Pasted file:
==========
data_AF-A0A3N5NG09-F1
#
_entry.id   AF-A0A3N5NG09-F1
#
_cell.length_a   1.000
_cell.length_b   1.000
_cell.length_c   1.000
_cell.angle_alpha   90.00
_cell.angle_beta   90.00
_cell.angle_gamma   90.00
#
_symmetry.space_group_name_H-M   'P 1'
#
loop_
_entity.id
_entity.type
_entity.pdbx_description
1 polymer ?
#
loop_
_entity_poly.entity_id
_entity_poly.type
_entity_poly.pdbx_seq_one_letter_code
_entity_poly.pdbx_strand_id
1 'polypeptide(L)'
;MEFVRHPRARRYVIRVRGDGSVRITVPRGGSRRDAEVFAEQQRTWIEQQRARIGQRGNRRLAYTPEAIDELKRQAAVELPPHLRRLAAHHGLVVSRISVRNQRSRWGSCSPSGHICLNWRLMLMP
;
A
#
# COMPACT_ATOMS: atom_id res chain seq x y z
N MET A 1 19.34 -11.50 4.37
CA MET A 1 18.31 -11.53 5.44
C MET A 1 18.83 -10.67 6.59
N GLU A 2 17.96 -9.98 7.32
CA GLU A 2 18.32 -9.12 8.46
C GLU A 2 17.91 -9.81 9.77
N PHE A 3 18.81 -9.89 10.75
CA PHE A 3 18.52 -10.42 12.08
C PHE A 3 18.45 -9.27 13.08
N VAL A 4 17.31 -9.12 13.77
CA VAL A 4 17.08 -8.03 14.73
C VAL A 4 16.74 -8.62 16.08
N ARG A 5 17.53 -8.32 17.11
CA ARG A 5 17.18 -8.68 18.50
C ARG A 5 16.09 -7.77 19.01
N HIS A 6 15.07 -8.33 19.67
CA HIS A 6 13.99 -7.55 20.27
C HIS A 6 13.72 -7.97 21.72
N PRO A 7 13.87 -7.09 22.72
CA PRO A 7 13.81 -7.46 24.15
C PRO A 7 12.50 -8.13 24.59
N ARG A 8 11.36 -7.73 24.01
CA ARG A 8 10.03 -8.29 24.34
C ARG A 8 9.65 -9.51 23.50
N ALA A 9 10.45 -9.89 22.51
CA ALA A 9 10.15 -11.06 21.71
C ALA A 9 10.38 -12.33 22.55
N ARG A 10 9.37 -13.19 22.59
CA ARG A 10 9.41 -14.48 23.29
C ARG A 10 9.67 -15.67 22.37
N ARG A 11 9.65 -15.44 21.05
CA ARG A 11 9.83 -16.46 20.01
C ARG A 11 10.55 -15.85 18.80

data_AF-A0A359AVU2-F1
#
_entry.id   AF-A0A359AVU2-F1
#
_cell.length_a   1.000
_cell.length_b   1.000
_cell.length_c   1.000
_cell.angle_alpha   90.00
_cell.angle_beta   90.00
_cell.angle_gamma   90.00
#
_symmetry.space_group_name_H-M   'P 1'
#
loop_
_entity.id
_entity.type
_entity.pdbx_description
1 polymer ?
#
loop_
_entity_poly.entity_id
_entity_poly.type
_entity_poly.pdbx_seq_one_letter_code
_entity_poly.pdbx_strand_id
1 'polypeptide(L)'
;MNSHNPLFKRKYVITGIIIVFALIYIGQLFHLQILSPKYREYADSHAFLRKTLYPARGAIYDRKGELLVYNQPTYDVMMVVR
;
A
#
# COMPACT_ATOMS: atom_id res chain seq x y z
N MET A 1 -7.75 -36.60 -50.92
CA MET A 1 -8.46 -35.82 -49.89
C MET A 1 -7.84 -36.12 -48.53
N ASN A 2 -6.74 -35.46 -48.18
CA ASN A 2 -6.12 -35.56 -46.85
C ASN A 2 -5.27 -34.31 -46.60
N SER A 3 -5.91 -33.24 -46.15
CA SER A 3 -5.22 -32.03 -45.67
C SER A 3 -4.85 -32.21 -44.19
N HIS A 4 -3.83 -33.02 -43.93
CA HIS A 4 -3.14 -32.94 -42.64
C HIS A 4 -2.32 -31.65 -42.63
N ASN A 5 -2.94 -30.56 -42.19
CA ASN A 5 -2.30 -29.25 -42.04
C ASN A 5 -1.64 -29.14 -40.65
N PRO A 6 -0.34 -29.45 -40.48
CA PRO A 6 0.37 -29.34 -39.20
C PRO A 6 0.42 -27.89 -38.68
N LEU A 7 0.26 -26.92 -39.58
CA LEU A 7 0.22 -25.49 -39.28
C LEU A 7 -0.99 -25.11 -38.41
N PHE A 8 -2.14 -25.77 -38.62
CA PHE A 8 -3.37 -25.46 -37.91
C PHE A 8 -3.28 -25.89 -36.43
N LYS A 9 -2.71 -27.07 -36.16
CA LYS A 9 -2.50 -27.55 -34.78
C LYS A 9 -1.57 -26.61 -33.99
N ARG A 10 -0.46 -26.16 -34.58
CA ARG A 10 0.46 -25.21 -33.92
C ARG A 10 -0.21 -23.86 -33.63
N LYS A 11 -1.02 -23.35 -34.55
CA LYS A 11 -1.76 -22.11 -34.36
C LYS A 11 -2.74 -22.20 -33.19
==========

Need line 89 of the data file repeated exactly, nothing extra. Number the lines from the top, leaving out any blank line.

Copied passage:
;MNSHNPLFKRKYVITGIIIVFALIYIGQLFHLQILSPKYREYADSHAFLRKTLYPARGAIYDRKGELLVYNQPTYDVMMVVR